Why some baseball fans hate the St. Louis Cardinals

ST LOUIS, MO - SEPTEMBER 29: Yadier Molina #4 and Jose Martinez #38 of the St. Louis Cardinals celebrate winning the National League Central Division after beating the Chicago Cubs at Busch Stadium on September 29, 2019 in St Louis, Missouri. (Photo by Dilip Vishwanat/Getty Images)
ST LOUIS, MO - SEPTEMBER 29: Yadier Molina #4 and Jose Martinez #38 of the St. Louis Cardinals celebrate winning the National League Central Division after beating the Chicago Cubs at Busch Stadium on September 29, 2019 in St Louis, Missouri. (Photo by Dilip Vishwanat/Getty Images) /

There’s a lot of resentment out there, and it’s not just envy of the St. Louis Cardinals’ success. Why do some fans just seem to hate the hometown team?

The St. Louis Cardinals are one of baseball’s five most-despised teams, according to the betting site casinoinsider.com, which tracks tweets that discuss hating a specific major league ballclub and published their findings back in July (well before the Astros’ cheating scandal went viral and pushed them up the ladder of most-reviled franchises). If your first reaction to people hating the Birds is, “That’s because they’re jealous of all our success,” you are:

A. Correct
B. Part of the problem

Not that being hated is really a “problem.” Winning tends to foster resentment in the fans of rival teams, which is why no one hates the Padres — lots of losing makes a franchise seem cute and harmless.

Still, it’s notable that the other four teams on the casinoinsider.com’s despised five are the Yankees, Cubs, Dodgers, and Mets, all mega-market, big-spending teams (even the mediocre Mets are in the top eight of MLB payrolls). So why are so many so down on the team from shrinking St. Louis, the 64th-largest burg in the U.S.A.?

While envy is part of the problem, here are five other theories to explain the ongoing resentment of the Redbirds:

Whiteyball/“The Cardinal Way”

Living in northern California in the mid-late-80s, I heard multiple Giants fans expel the phrase “Whiteyball” like it was the foulest word in the baseball lexicon. When a team’s style of play earns its own sobriquet, enemy fans will snarl — imagine if the media had referred to the 2015-19 Cubs as practitioners of “Maddonball.”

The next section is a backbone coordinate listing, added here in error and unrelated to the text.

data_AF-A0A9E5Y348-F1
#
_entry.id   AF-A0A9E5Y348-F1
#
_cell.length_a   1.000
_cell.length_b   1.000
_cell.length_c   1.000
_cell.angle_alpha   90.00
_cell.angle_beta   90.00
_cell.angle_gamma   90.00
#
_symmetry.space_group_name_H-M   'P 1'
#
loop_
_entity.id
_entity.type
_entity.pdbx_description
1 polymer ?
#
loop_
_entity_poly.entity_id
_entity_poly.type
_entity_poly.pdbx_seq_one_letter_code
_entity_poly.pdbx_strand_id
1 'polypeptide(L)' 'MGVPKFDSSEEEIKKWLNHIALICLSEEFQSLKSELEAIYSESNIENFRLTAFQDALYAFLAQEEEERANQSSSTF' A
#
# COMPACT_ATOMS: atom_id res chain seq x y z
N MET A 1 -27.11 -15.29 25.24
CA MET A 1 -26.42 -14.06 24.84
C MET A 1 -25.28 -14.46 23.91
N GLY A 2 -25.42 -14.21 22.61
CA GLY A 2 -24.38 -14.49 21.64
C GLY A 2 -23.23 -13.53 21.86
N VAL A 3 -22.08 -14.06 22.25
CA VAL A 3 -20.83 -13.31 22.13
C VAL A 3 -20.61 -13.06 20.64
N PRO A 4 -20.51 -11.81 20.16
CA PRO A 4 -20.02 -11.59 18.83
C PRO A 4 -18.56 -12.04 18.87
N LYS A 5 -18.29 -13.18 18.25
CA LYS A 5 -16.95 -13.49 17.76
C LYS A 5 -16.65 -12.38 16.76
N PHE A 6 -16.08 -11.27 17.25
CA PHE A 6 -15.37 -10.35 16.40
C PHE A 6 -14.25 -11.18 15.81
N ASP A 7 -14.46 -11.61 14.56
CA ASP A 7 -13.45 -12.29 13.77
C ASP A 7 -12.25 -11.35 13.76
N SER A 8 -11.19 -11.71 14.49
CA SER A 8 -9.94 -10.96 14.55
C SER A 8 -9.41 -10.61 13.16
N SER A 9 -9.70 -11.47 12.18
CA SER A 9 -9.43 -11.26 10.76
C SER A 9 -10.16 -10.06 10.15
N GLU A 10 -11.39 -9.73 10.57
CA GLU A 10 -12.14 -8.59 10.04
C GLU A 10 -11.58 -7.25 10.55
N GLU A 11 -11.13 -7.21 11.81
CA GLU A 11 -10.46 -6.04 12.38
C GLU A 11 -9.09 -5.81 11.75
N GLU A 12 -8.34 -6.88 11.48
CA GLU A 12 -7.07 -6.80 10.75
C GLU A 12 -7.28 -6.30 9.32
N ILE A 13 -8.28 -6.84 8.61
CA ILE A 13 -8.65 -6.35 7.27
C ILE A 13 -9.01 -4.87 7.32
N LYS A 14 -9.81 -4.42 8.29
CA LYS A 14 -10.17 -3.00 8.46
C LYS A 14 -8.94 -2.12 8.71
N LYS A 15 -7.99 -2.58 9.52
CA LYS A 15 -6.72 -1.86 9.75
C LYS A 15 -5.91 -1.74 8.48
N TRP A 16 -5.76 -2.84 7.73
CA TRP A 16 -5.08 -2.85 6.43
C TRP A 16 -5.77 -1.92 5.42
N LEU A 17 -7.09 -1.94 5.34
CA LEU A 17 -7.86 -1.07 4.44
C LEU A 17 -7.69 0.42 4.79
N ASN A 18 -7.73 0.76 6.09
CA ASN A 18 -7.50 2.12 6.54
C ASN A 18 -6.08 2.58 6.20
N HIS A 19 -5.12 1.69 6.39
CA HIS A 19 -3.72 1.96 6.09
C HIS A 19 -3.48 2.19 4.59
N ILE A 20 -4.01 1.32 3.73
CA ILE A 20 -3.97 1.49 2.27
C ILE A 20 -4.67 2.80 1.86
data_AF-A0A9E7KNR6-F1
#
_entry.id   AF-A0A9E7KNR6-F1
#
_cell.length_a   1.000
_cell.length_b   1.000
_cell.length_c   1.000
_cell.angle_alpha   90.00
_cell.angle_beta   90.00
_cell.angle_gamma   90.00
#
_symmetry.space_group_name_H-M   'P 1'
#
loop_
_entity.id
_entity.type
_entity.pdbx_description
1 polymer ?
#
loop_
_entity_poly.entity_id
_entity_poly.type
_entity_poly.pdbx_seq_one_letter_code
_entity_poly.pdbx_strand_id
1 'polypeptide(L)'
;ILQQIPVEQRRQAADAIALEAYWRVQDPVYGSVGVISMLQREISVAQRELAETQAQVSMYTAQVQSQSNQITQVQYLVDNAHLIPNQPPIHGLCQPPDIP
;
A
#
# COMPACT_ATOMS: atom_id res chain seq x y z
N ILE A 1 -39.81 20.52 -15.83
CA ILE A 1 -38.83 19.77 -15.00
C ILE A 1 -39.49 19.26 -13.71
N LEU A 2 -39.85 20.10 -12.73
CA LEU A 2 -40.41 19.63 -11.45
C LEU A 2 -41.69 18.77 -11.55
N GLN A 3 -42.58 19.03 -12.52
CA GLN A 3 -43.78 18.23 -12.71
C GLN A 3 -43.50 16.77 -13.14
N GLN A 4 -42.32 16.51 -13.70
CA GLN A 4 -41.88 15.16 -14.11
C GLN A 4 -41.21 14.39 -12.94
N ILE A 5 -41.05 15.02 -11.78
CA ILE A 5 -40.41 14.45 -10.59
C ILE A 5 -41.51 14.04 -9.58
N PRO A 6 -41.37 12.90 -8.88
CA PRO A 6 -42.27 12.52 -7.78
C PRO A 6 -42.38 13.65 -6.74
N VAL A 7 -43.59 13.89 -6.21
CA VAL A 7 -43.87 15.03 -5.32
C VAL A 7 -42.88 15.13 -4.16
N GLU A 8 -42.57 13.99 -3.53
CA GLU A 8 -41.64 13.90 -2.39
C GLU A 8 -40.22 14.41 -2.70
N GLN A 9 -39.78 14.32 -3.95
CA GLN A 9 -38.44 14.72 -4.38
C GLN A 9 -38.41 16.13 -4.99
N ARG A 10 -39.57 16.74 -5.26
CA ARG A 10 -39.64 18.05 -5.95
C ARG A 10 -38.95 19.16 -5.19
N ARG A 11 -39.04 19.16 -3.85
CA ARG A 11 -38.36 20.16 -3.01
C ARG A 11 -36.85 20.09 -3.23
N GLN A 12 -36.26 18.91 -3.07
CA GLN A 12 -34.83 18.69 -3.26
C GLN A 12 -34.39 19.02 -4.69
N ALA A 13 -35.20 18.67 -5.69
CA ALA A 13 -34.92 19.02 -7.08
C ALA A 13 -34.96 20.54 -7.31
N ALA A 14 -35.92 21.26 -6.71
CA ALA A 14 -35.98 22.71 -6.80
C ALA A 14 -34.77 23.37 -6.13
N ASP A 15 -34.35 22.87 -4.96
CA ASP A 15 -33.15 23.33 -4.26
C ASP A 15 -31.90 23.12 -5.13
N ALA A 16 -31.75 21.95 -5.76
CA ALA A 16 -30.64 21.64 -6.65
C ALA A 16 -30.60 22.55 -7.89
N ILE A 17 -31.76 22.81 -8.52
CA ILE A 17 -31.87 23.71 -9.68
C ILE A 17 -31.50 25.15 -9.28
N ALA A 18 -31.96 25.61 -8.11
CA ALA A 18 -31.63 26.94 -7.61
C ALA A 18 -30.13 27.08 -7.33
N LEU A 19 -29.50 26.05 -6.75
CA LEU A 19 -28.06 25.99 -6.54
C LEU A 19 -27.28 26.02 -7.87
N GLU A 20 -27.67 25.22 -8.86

It’s the same with “The Cardinal Way.” “The Cardinals and their fans seem to think the franchise has some innate knowledge about how to play baseball that no other organization possesses: “The Cardinal Way,” snarled a blogger for The Guardian in 2015. Outsiders tend to chafe at franchises that extoll their “way,” as if they invented, or re-invented the game.

Two decades after the 1954 publication of “The Dodger Way to Play Baseball,” certain broadcasters were still praising “The Dodger Way,” like it was the one true faith in a land of infidels. That reeked of hubris to some and made the Dodgers even more of a lightning rod franchise, beloved by their faithful and reviled by other NL fan bases.

The “best fans” blowback

The Cardinals do have a phenomenal fanbase. How else would a small-market team outdraw the Yankees, Cubs and Red Sox in 2019? — only the Dodgers drew more. It’s not just the masses; it’s the message.

While passionate about their team, Busch Stadium regulars tend to applaud standout plays by the opposition, something you don’t witness in many — any? — other ballparks. But opposing fans must be sick to death of hearing how those steadfast St. Louis fans are the best and brightest in all of baseball.